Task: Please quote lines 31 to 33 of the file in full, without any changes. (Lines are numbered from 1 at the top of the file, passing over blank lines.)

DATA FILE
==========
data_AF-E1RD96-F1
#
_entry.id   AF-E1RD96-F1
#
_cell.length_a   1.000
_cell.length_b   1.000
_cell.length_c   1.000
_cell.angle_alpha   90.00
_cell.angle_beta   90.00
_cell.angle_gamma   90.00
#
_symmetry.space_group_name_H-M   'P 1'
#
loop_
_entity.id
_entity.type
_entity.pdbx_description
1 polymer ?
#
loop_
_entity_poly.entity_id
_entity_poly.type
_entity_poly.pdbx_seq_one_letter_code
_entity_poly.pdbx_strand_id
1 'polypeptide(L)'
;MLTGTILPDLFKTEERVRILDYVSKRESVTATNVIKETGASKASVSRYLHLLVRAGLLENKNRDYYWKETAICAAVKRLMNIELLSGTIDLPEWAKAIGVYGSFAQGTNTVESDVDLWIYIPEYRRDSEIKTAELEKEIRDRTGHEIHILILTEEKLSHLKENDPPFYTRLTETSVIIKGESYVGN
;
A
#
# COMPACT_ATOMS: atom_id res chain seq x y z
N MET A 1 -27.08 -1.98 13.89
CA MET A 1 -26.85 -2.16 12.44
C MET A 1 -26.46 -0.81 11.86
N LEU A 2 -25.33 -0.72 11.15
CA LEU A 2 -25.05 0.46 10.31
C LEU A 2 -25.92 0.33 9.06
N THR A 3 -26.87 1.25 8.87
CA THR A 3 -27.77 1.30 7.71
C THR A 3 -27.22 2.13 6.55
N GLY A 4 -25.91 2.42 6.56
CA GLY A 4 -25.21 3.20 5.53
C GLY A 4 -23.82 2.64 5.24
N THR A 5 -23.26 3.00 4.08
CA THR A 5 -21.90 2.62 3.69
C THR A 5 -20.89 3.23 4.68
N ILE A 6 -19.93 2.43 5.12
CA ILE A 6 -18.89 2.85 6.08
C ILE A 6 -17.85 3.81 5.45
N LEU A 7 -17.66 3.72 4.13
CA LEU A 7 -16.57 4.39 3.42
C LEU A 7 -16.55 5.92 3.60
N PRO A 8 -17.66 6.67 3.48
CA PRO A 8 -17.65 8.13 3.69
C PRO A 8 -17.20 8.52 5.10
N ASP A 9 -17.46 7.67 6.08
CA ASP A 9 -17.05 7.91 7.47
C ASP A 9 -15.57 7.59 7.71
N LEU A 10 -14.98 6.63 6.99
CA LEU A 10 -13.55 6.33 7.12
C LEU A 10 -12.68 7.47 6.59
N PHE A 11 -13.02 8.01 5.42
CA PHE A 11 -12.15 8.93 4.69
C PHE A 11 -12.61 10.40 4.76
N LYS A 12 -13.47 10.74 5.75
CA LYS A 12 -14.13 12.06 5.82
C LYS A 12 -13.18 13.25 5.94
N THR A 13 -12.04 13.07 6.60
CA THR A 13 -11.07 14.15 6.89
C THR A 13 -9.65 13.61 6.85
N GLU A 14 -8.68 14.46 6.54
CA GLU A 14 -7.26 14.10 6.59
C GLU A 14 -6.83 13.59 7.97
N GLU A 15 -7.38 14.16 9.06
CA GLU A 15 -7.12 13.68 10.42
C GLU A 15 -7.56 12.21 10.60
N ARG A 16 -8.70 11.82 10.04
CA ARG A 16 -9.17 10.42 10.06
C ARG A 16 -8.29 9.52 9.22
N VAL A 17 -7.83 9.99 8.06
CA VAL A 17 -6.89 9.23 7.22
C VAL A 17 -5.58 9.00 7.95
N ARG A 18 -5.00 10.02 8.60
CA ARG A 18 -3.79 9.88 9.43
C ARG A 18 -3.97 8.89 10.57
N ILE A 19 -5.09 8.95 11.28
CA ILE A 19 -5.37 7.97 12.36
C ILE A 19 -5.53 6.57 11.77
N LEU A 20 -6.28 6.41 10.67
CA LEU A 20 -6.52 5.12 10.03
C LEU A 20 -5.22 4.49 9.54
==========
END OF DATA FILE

N MET A 1 -27.08 -1.98 13.89
CA MET A 1 -26.85 -2.16 12.44
C MET A 1 -26.46 -0.81 11.86